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8:09 pm
April 29, 2009
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Going Wireless: Wireless Technology Is Ready For Industrial Use

Wireless works in a plant, but you’ll want to be careful regarding which “flavor” you choose

Wireless Technology now provides secure, reliable communication for remote field sites and applications where wires cannot be run for practical or economic reasons. For maintenance purposes, wireless can be used to acquire condition monitoring data from pumps and machines, effluent data from remote monitoring stations, or process data from an I/O system.

For example, a wireless system monitors a weather station and the flow of effluent leaving a chemical plant. The plant’s weather station is 1.5 miles from the main control room. It has a data logger that reads inputs from an anemometer to measure wind speed and direction, a temperature gauge and a humidity gauge. The data logger connects to a wireless remote radio frequency (RF) transmitter module, which broadcasts a 900MHz, frequency hopping spread spectrum (FHSS) signal via a YAGI directional antenna installed at the top of a tall boom located beside the weather station building. This posed no problem.

However, the effluent monitoring station was thought to be impossible to connect via wireless. Although the distance from this monitoring station to the control room is only one-quarter mile, the RF signal had to pass through a four-story boiler building. Nevertheless, the application was tested before installation, and it worked perfectly. The lesson here is that wireless works in places where you might think it can’t. All you have to do is test it.

There are many flavors of wireless, and an understanding is needed to determine the best solution for any particular application.Wireless can be licensed or unlicensed, Ethernet or serial interface, narrow band or spread spectrum, secure or open protocol,Wi-fi…the list goes on. This article provides an introduction to this powerful technology.

The radio spectrum
The range of approximately 9 kilohertz (kHz) to gigahertz (GHz) can be used to broadcast wireless communications. Frequencies higher than these are part of the infrared spectrum, light spectrum, X-rays, etc. Since the RF spectrum is a limited resource used by television, radio, cellular telephones and other wireless devices, the spectrum is allocated by government agencies that regulate what portion of the spectrum may be used for specific types of communication or broadcast.

In the United States, the Federal Communications Commission (FCC) governs the allocation of frequencies to non-government users. FCC has limited the use of Industrial, Scientific, and Medical (ISM) equipment to operate in the 902-928MHz, 2400-2483.5MHz and 5725-5875MHz bands,with limitations on signal strength, power, and other radio transmission parameters. These bands are known as unlicensed bands, and can be used freely within FCC guidelines. Other bands in the spectrum can be used with the grant of a license from the FCC. (Editor’s Note: For a quick definition of the various bands in the RF spectrum, as well as their uses, log on to: http://encyclopedia.thefreedictionary. com/radio+frequency )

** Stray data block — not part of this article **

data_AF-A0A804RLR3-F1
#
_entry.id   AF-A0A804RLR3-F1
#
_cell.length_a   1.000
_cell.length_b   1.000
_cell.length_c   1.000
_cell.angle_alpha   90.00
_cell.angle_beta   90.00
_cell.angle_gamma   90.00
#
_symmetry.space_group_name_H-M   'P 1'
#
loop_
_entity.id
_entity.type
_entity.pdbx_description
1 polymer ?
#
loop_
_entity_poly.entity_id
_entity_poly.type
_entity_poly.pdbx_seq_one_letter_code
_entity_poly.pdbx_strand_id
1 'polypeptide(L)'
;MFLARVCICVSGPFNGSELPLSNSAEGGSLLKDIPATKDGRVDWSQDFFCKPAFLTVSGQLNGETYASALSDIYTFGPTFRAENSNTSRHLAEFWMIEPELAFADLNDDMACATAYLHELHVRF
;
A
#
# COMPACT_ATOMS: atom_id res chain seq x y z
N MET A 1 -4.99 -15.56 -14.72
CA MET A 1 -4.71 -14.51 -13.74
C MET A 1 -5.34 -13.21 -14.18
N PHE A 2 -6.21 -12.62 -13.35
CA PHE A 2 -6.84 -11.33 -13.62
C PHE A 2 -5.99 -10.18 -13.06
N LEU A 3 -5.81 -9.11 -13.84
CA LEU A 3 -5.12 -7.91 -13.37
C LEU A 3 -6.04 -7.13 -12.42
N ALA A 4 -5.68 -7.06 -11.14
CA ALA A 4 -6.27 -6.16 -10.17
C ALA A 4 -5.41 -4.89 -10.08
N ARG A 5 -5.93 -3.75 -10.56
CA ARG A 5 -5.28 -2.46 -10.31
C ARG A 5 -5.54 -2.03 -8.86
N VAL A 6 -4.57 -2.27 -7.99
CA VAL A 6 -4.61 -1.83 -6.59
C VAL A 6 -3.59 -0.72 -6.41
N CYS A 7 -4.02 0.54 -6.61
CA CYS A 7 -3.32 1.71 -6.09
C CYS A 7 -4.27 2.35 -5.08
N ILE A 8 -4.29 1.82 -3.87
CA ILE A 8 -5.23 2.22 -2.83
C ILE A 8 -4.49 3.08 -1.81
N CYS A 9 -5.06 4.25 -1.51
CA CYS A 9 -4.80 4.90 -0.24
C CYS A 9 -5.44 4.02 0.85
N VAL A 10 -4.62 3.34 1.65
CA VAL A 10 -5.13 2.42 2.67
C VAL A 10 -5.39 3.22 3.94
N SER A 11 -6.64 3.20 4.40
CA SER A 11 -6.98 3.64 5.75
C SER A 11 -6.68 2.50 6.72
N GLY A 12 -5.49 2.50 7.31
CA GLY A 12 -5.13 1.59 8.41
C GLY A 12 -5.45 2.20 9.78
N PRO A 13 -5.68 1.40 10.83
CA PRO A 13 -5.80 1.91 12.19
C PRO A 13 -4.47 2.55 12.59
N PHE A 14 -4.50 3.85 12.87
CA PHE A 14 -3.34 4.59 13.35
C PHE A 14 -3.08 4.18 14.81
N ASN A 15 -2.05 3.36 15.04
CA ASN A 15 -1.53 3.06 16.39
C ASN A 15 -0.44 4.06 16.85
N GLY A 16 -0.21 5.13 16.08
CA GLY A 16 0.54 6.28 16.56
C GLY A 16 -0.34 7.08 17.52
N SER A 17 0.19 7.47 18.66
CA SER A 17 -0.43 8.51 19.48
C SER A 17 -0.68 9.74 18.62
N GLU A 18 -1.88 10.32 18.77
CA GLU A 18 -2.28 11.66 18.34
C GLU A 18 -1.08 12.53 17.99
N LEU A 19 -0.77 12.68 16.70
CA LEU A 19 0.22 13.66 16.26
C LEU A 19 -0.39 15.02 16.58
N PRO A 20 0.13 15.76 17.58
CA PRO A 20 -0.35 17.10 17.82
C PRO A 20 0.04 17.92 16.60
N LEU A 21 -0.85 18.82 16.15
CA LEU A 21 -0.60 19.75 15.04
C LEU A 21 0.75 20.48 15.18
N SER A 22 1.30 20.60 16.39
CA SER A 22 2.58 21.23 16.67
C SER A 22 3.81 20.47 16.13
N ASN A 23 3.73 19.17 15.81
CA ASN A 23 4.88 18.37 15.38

Licensed or unlicensed
A license granted by the FCC is needed to operate in a licensed frequency. Ideally, these frequencies are interference-free, and legal recourse is available if there is interference. The drawbacks are a complicated and lengthy procedure in obtaining a license, not having the ability to purchase off-the-shelf radios since they must be manufactured per the licensed frequency, and, of course, the costs of obtaining and maintaining the license.


License-free implies the use of one of the frequencies the FCC has set aside for open use without needing to register or authorize them. Based on where the system will be located, there are limitations on the maximum transmission power. For example, in the U.S., in the 900MHz band, the maximum power may be 1 Watt or 4 Watts EIRP (Effective Isotropic Radiated Power).

The advantages of using unlicensed frequencies are clear: no cost, time or hassle in obtaining licenses; many manufacturers and suppliers who serve this market; and lower startup costs, because a license is not needed. The drawback lies in the idea that since these are unlicensed bands, they can be “crowded” and, therefore, may lead to interference and loss of transmission. That‘s where spread spectrum comes in. Spread spectrum radios deal with interference very effectively and perform well, even in the presence of RF noise.

Spread spectrum systems
Spread Spectrum is a method of spreading the RF signal across a wide band of frequencies at low power, versus concentrating the power in a single frequency as is done in narrowband channel transmission. Narrowband refers to a signal which occupies only a small section of the RF spectrum, whereas wideband or broadband signal occupies a larger section of the RF spectrum. The two most common forms of spread spectrum radio are frequency hopping spread spectrum (FHSS), and direct sequence spread spectrum (DSSS). Most unlicensed radios on the market are spread spectrum.

As the name implies, frequency hopping changes the frequency of the transmission at regular intervals of time. The advantage of frequency hopping is obvious: since the transmitter changes the frequency at which it is broadcasting the message so often, only a receiver programmed with the same algorithm would be able to listen and follow the message. The receiver must be set to the same pseudo-random hopping pattern, and listen for the sender’s message at precisely the correct time at the correct frequency. Fig. 1 shows how the frequency of the signal changes with time. Each frequency hop is equal in power and dwell time (the length of time to stay on one channel). Fig. 2 shows a two dimensional representation of frequency hopping, showing that the frequency of the radio changes for each period of time. The hop pattern is based on a pseudo random sequence.